Fringilla bengalus Linnaeus, 1766.
OTHER COMMON NAMES
English: Cordon-bleu, red-cheeked blue waxbill; French: Cordonbleu а joues rouges; German: Schmetterlingsastrild; Spanish: Coliazul Bengalн.
4.9–5.1 in (12.5–13 cm). Sexually dimorphic; male has a red spot on cheeks, a pink bill, light brown or pink-brown legs; female lacks red spots on cheeks, feathers are paler than for the male. Juveniles lack blue on flanks and have a darker bill.
Southern Mauritania, east to Ethiopia, south to northern Zambia. An introduced population exists in Hawaii.
Occurs in grassland, savanna, thorn scrub, dry woodland, forest edges and clearings, gardens and villages, roadsides, and cultivated areas.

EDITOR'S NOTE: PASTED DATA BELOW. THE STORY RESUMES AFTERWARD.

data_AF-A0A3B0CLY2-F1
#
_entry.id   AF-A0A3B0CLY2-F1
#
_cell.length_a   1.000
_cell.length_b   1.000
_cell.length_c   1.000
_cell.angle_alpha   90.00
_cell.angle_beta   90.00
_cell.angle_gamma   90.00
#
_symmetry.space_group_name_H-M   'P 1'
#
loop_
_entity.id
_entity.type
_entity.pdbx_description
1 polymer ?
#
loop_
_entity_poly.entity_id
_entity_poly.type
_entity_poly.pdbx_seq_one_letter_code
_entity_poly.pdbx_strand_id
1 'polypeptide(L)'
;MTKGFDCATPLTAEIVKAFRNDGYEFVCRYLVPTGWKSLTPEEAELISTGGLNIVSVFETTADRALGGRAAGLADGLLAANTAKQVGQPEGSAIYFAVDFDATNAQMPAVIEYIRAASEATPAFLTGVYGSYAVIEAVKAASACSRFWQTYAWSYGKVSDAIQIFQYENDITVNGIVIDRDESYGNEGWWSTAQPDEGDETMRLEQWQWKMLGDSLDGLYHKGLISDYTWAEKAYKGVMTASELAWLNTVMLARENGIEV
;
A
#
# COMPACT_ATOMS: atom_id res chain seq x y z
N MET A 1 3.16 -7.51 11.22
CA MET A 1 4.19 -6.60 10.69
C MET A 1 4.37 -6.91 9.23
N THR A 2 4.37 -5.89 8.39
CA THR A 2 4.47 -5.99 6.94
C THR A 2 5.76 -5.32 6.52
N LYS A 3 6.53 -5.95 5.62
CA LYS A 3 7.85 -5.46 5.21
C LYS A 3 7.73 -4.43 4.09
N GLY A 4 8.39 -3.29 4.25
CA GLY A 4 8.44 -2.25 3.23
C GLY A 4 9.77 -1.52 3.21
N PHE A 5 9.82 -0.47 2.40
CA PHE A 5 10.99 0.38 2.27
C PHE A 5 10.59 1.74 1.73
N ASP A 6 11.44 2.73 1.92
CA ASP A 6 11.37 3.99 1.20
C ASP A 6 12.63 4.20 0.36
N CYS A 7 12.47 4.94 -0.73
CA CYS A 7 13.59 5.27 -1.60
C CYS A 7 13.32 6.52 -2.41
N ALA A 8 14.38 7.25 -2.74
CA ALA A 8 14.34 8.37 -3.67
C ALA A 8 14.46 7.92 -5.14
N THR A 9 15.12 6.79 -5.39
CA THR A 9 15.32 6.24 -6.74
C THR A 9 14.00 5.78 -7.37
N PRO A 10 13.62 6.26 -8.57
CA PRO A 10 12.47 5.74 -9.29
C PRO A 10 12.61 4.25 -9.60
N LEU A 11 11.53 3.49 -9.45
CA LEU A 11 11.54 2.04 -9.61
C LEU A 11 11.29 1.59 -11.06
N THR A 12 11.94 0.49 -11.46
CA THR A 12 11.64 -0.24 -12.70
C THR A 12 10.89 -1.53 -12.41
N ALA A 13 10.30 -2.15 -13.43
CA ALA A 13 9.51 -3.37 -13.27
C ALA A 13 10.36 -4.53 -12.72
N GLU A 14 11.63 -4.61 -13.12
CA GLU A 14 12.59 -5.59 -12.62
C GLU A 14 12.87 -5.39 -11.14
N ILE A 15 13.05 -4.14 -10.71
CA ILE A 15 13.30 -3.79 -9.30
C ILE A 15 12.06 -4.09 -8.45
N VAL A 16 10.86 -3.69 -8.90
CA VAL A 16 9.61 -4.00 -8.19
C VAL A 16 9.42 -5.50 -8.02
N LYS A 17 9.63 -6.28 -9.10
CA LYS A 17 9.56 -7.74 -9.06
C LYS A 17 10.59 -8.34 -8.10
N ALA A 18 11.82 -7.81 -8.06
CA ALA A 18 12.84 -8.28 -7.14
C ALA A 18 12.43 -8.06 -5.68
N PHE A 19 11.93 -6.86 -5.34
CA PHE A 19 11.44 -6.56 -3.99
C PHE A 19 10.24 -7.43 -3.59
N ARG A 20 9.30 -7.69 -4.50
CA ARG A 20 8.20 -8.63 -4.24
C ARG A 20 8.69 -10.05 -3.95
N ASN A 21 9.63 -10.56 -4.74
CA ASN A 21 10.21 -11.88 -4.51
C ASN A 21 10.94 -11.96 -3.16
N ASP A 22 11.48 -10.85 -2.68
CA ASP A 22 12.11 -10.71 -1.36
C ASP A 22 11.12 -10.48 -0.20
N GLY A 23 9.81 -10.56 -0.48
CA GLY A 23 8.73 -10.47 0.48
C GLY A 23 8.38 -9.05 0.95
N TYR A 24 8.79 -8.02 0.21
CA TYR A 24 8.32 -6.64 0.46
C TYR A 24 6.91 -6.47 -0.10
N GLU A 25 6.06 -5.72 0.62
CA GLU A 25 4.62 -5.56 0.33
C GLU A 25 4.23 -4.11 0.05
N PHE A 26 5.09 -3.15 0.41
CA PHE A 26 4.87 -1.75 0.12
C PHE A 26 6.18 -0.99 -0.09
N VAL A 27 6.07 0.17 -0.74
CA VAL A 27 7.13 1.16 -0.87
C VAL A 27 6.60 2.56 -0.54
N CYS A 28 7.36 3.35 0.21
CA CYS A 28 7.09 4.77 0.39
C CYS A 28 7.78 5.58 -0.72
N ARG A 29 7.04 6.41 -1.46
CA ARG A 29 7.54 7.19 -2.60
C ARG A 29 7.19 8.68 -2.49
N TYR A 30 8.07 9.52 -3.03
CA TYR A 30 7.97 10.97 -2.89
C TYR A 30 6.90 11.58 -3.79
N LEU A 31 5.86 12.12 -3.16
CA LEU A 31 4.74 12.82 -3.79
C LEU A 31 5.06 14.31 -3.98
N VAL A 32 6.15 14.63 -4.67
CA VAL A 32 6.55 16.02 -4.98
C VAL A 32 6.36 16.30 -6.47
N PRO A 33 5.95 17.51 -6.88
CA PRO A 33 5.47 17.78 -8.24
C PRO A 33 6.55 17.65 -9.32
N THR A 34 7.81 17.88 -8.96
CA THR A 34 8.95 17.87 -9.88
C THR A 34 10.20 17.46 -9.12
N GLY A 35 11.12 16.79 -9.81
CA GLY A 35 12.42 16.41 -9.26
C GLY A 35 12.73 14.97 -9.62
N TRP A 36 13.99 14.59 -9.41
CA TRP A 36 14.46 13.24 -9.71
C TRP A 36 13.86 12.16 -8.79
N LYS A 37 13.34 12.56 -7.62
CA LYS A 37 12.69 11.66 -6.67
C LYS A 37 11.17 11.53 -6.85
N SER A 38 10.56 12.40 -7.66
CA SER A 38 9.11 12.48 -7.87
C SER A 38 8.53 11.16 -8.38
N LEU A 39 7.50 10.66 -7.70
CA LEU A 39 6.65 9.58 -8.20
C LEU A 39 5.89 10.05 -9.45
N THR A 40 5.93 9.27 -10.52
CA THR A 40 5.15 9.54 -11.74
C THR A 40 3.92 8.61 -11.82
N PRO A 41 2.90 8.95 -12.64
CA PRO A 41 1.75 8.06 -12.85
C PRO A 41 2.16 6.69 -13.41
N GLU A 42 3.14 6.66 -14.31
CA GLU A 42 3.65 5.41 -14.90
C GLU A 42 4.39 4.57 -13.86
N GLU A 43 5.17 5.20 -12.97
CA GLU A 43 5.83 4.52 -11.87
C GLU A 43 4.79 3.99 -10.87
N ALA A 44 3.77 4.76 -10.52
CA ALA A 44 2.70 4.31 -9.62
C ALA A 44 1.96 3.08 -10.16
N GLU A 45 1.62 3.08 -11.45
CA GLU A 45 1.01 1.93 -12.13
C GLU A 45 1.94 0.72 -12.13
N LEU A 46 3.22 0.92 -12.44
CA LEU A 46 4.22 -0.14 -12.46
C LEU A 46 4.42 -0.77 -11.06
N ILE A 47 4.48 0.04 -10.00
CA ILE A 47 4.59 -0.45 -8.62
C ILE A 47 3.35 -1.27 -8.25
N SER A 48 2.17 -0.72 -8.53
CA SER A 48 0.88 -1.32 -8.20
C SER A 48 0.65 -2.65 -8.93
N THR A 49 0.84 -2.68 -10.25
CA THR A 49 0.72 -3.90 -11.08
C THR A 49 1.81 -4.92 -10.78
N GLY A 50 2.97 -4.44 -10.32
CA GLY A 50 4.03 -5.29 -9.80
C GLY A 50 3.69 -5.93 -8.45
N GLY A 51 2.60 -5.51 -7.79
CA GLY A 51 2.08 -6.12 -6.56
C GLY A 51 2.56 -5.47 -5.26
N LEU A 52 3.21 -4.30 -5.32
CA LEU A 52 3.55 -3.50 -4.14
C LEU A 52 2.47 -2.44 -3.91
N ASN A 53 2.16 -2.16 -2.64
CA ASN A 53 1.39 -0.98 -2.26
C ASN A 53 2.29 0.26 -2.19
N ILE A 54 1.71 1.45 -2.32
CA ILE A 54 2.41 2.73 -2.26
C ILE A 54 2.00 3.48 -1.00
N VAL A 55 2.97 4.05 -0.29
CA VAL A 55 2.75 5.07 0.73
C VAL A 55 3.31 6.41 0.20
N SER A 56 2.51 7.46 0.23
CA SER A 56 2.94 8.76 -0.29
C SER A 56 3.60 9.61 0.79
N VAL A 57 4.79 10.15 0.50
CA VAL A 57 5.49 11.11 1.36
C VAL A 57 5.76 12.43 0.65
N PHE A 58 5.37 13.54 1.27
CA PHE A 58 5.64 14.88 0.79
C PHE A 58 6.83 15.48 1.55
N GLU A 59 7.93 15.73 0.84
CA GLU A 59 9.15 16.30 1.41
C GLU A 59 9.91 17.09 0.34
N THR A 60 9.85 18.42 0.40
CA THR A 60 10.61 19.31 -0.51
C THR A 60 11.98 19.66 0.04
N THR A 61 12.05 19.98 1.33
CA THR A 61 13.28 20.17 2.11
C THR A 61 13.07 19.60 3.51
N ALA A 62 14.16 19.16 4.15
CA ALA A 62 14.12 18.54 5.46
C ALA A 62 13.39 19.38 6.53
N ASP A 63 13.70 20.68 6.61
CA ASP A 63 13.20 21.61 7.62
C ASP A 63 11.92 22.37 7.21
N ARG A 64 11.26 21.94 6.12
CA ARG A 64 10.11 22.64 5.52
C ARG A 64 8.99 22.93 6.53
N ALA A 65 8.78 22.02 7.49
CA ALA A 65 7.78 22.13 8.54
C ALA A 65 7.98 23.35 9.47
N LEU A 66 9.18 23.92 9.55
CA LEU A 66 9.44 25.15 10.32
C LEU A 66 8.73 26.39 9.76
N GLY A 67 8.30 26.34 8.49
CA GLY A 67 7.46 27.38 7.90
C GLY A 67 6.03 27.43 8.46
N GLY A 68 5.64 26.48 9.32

Found in pairs or small flocks during the breeding season. Otherwise, this species can gather in large sometimes mixedspecies flocks. The call is a “tsee-tsee-tsee.” The song is a “te tchee-wa-tcheee” or a “ssee-deedelee-deedelee-ssee-see.”
FEEDING ECOLOGY AND DIET
Feeds on the ground on a variety of seeds and insects, including termites which are occasionally caught in flight.
Uses old Ploceus weaver nests or builds its own round nest of grass several meters off the ground. Three to six white eggs are incubated for 11 days.
CITES: Appendix III. Not considered threatened by the IUCN.
SIGNIFICANCE TO HUMANS
This species becomes accustomed to humans and can be found in villages and gardens. It is also a commonly kept and bred aviary bird.
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